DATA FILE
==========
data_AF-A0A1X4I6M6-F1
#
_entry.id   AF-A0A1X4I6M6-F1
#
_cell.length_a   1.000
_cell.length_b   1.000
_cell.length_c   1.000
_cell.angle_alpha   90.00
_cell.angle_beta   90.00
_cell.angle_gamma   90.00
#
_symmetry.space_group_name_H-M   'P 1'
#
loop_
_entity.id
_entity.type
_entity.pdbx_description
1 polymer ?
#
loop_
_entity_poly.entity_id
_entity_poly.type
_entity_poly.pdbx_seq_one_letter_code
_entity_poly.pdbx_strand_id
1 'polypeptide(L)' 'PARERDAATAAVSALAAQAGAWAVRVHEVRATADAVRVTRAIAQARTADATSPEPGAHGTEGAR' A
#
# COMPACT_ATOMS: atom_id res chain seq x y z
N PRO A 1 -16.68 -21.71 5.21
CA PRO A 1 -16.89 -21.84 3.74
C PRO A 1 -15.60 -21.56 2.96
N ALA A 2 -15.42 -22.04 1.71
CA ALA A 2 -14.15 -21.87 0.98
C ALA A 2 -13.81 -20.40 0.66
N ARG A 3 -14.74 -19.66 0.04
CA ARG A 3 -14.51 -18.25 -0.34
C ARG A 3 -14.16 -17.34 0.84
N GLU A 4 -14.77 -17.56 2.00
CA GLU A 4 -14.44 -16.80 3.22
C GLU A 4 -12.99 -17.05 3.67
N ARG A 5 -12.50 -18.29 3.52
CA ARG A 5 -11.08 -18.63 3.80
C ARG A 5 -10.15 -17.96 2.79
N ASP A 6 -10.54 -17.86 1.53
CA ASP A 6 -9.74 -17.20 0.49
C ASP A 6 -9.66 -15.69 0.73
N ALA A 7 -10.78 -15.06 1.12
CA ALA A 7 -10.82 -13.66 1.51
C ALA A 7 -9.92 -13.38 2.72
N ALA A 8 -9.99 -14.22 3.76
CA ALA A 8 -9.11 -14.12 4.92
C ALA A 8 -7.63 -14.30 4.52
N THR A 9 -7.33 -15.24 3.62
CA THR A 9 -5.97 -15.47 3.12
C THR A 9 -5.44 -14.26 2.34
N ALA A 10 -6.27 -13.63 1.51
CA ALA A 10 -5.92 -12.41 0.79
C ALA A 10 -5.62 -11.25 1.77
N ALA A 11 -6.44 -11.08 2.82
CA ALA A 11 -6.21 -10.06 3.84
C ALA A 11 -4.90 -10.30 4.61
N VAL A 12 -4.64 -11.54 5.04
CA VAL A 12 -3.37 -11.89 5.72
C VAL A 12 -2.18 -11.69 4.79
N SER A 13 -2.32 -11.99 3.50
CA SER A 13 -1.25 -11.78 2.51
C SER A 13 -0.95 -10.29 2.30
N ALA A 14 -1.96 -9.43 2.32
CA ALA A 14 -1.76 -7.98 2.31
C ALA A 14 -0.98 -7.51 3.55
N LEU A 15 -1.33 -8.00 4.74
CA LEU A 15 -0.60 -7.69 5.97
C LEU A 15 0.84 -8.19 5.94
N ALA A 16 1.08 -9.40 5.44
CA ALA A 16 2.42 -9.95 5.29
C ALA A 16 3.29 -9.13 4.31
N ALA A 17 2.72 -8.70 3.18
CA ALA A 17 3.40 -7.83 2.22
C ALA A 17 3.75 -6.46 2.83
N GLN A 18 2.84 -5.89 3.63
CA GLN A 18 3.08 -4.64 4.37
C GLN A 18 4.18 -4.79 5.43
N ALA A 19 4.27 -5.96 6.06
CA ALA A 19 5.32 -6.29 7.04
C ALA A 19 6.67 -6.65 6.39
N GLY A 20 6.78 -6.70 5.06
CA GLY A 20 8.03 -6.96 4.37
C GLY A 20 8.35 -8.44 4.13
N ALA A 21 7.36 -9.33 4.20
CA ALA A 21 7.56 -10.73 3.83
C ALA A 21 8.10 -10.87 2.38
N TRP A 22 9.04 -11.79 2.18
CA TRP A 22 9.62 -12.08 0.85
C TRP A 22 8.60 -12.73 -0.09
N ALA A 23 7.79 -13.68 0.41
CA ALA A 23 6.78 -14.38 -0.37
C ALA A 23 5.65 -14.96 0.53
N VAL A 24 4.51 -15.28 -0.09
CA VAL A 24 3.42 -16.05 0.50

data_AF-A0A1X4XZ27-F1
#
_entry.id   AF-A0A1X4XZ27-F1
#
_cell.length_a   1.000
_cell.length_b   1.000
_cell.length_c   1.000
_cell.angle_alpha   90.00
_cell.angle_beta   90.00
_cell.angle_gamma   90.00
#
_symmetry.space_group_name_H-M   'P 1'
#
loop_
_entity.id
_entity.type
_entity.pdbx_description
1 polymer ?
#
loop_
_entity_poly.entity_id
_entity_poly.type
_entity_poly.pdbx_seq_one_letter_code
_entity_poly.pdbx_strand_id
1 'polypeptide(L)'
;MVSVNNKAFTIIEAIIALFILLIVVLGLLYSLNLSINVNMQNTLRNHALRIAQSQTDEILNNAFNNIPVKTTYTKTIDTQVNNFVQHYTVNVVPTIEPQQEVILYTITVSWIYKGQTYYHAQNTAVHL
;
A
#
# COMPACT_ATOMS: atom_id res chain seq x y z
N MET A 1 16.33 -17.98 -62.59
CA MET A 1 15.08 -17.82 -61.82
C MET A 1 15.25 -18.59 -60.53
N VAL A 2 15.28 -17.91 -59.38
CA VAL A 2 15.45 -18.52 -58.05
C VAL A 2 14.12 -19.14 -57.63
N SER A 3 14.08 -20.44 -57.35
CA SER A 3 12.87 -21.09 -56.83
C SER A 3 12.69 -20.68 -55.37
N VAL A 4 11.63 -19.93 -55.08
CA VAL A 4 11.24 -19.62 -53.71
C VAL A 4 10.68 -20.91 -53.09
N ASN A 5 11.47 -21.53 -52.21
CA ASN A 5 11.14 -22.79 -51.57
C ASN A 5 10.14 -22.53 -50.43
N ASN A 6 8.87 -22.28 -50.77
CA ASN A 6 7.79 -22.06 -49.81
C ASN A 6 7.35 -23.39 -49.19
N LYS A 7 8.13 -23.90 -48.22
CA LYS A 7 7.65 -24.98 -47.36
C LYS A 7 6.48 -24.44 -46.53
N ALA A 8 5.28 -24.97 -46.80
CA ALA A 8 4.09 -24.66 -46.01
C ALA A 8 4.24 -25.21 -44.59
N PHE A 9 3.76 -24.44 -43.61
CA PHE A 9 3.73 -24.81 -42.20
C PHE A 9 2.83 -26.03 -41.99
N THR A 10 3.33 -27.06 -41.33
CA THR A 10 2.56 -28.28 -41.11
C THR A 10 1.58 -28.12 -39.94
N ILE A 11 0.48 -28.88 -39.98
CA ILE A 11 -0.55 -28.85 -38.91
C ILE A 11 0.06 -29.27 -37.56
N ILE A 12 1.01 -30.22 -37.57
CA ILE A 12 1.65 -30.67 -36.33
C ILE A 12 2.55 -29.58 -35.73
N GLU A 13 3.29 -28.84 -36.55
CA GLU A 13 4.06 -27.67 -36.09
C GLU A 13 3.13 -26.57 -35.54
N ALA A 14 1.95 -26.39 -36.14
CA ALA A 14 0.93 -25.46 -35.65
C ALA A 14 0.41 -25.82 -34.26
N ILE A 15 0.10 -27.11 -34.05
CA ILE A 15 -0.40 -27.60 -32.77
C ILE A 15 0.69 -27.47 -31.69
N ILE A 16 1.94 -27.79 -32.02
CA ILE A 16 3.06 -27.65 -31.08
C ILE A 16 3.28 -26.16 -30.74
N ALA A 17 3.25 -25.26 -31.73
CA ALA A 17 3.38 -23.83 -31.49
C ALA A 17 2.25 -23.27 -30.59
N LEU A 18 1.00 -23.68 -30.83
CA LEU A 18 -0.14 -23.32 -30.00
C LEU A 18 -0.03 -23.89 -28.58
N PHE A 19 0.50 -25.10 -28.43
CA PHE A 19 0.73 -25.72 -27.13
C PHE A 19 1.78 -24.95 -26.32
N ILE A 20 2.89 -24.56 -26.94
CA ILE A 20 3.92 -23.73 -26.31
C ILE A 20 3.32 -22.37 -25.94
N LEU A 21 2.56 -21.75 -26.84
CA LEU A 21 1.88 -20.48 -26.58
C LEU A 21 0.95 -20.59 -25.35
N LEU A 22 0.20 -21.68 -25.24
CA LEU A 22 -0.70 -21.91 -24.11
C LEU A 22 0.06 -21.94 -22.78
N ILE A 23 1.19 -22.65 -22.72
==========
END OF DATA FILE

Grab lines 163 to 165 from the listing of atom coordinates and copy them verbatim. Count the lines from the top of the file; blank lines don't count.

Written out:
CA ILE A 12 1.65 -30.67 -36.33
C ILE A 12 2.55 -29.58 -35.73
N GLU A 13 3.29 -28.84 -36.55